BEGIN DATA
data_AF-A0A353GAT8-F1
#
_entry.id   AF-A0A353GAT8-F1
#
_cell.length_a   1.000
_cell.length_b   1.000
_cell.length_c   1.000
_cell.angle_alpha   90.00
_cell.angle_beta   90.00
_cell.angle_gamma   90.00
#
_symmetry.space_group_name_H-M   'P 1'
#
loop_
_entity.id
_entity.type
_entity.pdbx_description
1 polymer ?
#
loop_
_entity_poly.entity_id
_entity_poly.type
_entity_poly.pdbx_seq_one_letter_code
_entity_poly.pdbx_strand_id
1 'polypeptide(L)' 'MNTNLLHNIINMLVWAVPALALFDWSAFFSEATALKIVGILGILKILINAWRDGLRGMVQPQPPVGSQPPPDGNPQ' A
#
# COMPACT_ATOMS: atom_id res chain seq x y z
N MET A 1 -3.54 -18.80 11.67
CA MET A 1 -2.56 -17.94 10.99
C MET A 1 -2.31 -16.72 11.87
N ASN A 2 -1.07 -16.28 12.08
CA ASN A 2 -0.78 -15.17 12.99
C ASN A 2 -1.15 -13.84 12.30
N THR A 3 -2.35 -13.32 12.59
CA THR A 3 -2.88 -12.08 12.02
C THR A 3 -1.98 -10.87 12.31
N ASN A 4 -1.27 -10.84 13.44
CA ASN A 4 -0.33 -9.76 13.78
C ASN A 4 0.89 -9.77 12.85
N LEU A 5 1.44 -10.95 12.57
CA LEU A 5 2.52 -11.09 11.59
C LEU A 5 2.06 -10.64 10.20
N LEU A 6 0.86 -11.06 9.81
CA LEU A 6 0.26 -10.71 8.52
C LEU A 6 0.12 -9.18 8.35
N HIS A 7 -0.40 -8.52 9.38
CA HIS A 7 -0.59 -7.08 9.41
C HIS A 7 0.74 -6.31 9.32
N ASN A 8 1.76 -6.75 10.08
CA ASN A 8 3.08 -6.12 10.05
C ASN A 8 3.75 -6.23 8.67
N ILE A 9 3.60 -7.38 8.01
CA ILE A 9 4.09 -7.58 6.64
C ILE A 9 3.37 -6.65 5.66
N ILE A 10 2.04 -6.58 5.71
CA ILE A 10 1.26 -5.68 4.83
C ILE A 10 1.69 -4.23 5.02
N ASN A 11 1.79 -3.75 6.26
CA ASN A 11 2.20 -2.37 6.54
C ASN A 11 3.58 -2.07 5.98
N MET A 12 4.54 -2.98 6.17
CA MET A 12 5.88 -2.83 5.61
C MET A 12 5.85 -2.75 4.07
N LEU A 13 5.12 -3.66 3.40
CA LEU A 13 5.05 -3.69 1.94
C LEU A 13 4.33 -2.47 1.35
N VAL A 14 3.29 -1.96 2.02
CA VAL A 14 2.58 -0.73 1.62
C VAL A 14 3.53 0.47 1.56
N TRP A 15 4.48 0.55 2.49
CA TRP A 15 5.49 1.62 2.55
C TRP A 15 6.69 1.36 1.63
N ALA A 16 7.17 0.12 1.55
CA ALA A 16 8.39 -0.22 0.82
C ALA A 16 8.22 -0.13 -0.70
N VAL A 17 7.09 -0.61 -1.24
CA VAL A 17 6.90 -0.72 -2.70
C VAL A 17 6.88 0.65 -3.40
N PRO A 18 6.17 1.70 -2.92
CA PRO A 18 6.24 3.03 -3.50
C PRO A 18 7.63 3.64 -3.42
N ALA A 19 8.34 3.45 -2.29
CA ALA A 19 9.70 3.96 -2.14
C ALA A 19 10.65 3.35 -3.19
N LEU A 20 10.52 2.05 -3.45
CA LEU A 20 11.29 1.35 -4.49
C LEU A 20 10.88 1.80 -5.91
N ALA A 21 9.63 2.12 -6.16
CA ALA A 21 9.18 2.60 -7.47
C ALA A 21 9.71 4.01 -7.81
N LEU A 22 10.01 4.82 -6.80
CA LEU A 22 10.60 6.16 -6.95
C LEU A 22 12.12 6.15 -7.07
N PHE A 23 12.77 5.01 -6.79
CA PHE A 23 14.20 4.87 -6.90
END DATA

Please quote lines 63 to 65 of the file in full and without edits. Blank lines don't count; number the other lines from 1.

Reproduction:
C MET A 12 5.85 -2.75 4.07
N LEU A 13 5.12 -3.66 3.40
CA LEU A 13 5.05 -3.69 1.94